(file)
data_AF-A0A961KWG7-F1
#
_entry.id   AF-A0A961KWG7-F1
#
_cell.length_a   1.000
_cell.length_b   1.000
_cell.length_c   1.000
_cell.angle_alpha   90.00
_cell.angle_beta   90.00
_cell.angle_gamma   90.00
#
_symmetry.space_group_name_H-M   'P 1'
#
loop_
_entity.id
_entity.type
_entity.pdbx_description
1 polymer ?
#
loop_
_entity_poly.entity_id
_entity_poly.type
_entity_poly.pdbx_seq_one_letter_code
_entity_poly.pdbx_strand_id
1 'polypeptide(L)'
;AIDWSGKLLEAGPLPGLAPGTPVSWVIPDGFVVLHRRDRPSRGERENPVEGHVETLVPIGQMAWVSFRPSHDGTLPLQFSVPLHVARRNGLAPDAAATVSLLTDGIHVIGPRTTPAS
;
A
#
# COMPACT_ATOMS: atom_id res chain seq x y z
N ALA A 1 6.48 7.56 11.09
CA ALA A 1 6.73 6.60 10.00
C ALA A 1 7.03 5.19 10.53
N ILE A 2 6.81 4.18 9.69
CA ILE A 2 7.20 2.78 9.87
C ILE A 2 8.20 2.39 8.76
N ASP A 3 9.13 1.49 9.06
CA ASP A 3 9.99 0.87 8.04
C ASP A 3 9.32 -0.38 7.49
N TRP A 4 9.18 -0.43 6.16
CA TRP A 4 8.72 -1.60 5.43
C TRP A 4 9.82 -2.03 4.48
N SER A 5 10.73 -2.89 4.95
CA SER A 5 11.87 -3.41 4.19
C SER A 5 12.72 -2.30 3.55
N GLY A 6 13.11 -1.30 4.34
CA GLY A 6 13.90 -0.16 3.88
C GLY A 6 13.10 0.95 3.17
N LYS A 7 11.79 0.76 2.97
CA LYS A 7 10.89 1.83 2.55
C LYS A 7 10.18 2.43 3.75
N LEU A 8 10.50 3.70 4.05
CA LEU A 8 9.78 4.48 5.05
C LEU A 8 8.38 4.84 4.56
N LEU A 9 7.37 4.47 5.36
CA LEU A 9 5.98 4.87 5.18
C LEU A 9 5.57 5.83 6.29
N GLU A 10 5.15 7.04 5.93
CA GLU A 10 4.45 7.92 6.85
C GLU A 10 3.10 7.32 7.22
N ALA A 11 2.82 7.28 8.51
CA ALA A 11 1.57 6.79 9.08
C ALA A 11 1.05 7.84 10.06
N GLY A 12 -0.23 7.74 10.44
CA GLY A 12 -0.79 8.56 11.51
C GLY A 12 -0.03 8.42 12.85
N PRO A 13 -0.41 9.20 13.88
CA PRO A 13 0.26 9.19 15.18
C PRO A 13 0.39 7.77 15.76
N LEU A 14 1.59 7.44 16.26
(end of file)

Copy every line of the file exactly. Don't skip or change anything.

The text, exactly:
data_AF-A0A961KWG7-F1
#
_entry.id   AF-A0A961KWG7-F1
#
_cell.length_a   1.000
_cell.length_b   1.000
_cell.length_c   1.000
_cell.angle_alpha   90.00
_cell.angle_beta   90.00
_cell.angle_gamma   90.00
#
_symmetry.space_group_name_H-M   'P 1'
#
loop_
_entity.id
_entity.type
_entity.pdbx_description
1 polymer ?
#
loop_
_entity_poly.entity_id
_entity_poly.type
_entity_poly.pdbx_seq_one_letter_code
_entity_poly.pdbx_strand_id
1 'polypeptide(L)'
;AIDWSGKLLEAGPLPGLAPGTPVSWVIPDGFVVLHRRDRPSRGERENPVEGHVETLVPIGQMAWVSFRPSHDGTLPLQFSVPLHVARRNGLAPDAAATVSLLTDGIHVIGPRTTPAS
;
A
#
# COMPACT_ATOMS: atom_id res chain seq x y z
N ALA A 1 6.48 7.56 11.09
CA ALA A 1 6.73 6.60 10.00
C ALA A 1 7.03 5.19 10.53
N ILE A 2 6.81 4.18 9.69
CA ILE A 2 7.20 2.78 9.87
C ILE A 2 8.20 2.39 8.76
N ASP A 3 9.13 1.49 9.06
CA ASP A 3 9.99 0.87 8.04
C ASP A 3 9.32 -0.38 7.49
N TRP A 4 9.18 -0.43 6.16
CA TRP A 4 8.72 -1.60 5.43
C TRP A 4 9.82 -2.03 4.48
N SER A 5 10.73 -2.89 4.95
CA SER A 5 11.87 -3.41 4.19
C SER A 5 12.72 -2.30 3.55
N GLY A 6 13.11 -1.30 4.34
CA GLY A 6 13.90 -0.16 3.88
C GLY A 6 13.10 0.95 3.17
N LYS A 7 11.79 0.76 2.97
CA LYS A 7 10.89 1.83 2.55
C LYS A 7 10.18 2.43 3.75
N LEU A 8 10.50 3.70 4.05
CA LEU A 8 9.78 4.48 5.05
C LEU A 8 8.38 4.84 4.56
N LEU A 9 7.37 4.47 5.36
CA LEU A 9 5.98 4.87 5.18
C LEU A 9 5.57 5.83 6.29
N GLU A 10 5.15 7.04 5.93
CA GLU A 10 4.45 7.92 6.85
C GLU A 10 3.10 7.32 7.22
N ALA A 11 2.82 7.28 8.51
CA ALA A 11 1.57 6.79 9.08
C ALA A 11 1.05 7.84 10.06
N GLY A 12 -0.23 7.74 10.44
CA GLY A 12 -0.79 8.56 11.51
C GLY A 12 -0.03 8.42 12.85
N PRO A 13 -0.41 9.20 13.88
CA PRO A 13 0.26 9.19 15.18
C PRO A 13 0.39 7.77 15.76
N LEU A 14 1.59 7.44 16.26